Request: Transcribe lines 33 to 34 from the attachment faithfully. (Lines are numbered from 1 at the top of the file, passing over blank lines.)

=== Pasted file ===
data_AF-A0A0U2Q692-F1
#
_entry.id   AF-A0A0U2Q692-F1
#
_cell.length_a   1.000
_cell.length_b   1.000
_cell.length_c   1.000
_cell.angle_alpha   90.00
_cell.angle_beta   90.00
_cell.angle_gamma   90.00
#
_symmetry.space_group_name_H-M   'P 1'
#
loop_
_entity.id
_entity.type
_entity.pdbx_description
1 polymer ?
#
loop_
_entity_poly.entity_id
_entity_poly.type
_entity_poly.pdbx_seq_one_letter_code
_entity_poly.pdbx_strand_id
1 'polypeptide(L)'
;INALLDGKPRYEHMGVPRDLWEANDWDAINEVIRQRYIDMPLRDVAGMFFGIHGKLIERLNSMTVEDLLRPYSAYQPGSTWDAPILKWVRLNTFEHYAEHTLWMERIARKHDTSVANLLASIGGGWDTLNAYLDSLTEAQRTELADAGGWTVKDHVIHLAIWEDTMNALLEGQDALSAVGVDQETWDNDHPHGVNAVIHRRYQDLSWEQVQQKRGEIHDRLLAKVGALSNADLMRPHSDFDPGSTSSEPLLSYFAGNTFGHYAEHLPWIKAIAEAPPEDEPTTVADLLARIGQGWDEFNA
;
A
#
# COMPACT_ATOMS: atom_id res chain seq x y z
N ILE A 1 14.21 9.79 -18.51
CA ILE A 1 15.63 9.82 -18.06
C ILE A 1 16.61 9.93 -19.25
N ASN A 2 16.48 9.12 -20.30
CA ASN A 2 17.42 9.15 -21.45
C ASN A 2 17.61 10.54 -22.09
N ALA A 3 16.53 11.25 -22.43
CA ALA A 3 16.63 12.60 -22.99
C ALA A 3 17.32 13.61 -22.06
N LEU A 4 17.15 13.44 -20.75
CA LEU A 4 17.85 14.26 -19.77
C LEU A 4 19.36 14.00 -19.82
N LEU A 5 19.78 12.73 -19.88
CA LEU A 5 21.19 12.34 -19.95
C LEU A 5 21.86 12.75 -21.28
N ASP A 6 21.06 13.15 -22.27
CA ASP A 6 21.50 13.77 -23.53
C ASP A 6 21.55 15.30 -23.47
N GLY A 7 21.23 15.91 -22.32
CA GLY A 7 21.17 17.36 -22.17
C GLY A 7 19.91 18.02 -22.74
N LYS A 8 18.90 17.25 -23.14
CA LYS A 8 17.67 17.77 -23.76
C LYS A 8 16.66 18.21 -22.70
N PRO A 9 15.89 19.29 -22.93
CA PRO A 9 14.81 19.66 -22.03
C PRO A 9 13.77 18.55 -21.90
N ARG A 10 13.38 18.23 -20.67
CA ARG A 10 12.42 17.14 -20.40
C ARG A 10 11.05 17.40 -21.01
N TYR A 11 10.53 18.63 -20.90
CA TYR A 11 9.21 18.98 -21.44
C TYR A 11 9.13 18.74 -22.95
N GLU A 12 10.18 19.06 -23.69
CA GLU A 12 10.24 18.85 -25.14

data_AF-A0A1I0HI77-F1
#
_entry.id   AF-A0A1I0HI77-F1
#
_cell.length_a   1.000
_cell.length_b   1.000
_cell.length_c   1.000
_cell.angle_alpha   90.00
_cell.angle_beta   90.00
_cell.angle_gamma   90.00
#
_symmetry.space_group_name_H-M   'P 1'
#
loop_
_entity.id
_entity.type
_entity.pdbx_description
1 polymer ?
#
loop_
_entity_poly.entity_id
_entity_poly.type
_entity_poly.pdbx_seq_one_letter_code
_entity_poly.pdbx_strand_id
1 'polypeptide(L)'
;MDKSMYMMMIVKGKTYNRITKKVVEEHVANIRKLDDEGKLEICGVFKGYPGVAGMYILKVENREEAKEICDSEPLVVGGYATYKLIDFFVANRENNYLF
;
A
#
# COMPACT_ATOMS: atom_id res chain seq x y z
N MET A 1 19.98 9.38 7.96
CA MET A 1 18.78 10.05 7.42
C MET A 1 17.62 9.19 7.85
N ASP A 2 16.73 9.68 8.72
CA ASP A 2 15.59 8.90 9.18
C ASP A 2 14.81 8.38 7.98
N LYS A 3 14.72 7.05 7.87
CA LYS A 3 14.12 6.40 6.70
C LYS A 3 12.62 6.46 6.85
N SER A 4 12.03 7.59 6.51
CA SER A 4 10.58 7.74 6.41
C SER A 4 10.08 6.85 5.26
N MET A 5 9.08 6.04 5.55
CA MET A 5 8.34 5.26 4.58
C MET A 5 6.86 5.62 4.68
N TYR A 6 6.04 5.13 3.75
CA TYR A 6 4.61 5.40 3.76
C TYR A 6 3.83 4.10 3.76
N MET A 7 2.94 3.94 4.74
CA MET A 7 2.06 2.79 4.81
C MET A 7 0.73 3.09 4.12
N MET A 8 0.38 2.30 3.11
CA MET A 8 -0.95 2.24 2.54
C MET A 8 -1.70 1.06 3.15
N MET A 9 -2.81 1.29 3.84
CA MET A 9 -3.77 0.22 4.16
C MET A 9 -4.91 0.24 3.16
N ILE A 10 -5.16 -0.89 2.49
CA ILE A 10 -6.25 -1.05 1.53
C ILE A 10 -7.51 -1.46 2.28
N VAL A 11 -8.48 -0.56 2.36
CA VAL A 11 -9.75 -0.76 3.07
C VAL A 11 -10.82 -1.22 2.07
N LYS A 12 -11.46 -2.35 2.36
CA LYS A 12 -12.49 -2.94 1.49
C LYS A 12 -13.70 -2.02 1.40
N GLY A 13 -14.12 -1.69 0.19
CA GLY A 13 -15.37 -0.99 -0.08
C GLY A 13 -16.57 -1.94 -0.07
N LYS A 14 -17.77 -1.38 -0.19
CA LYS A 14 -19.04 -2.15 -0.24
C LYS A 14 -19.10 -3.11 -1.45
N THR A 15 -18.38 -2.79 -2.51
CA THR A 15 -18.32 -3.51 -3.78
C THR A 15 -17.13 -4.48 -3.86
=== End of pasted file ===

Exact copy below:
C ILE A 1 16.61 9.93 -19.25
N ASN A 2 16.48 9.12 -20.30